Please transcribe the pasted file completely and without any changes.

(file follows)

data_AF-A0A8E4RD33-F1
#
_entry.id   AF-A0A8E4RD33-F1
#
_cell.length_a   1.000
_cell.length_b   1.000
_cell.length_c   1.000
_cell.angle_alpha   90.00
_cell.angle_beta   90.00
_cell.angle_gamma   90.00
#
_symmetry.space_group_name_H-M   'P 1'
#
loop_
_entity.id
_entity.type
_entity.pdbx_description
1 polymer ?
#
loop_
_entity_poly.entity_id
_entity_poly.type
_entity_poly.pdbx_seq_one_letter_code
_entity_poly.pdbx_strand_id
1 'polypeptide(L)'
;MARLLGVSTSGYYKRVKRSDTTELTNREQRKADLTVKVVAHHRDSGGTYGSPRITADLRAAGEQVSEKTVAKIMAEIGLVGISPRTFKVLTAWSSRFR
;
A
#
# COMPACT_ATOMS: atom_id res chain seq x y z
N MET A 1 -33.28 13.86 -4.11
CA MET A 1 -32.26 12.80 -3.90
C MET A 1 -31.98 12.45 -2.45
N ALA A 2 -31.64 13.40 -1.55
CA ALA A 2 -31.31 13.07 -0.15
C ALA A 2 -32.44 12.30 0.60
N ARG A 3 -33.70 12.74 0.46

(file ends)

data_AF-A0A8E4RD33-F1
#
_entry.id   AF-A0A8E4RD33-F1
#
_cell.length_a   1.000
_cell.length_b   1.000
_cell.length_c   1.000
_cell.angle_alpha   90.00
_cell.angle_beta   90.00
_cell.angle_gamma   90.00
#
_symmetry.space_group_name_H-M   'P 1'
#
loop_
_entity.id
_entity.type
_entity.pdbx_description
1 polymer ?
#
loop_
_entity_poly.entity_id
_entity_poly.type
_entity_poly.pdbx_seq_one_letter_code
_entity_poly.pdbx_strand_id
1 'polypeptide(L)'
;MARLLGVSTSGYYKRVKRSDTTELTNREQRKADLTVKVVAHHRDSGGTYGSPRITADLRAAGEQVSEKTVAKIMAEIGLVGISPRTFKVLTAWSSRFR
;
A
#
# COMPACT_ATOMS: atom_id res chain seq x y z
N MET A 1 -33.28 13.86 -4.11
CA MET A 1 -32.26 12.80 -3.90
C MET A 1 -31.98 12.45 -2.45
N ALA A 2 -31.64 13.40 -1.55
CA ALA A 2 -31.31 13.07 -0.15
C ALA A 2 -32.44 12.30 0.60
N ARG A 3 -33.70 12.74 0.46